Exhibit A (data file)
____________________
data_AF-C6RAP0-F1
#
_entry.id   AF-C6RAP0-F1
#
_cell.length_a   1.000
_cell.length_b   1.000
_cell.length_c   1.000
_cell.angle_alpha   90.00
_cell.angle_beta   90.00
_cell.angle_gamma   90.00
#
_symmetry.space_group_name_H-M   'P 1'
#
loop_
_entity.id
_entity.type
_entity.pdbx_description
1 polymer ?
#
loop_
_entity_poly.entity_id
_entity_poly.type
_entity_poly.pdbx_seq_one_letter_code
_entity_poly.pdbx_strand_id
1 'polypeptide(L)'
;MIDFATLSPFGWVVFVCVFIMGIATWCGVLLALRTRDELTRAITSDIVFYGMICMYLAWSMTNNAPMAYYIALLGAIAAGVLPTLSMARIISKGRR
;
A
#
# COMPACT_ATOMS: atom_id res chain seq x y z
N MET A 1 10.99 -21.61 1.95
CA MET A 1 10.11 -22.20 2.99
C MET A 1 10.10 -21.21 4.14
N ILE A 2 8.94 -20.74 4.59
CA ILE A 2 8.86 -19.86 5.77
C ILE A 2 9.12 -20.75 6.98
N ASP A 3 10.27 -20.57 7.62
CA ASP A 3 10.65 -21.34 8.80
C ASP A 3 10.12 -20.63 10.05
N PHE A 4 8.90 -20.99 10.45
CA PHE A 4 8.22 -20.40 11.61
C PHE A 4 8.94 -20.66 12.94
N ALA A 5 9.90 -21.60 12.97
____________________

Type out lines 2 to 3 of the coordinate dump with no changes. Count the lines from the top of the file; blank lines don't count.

#
_entry.id   AF-C6RAP0-F1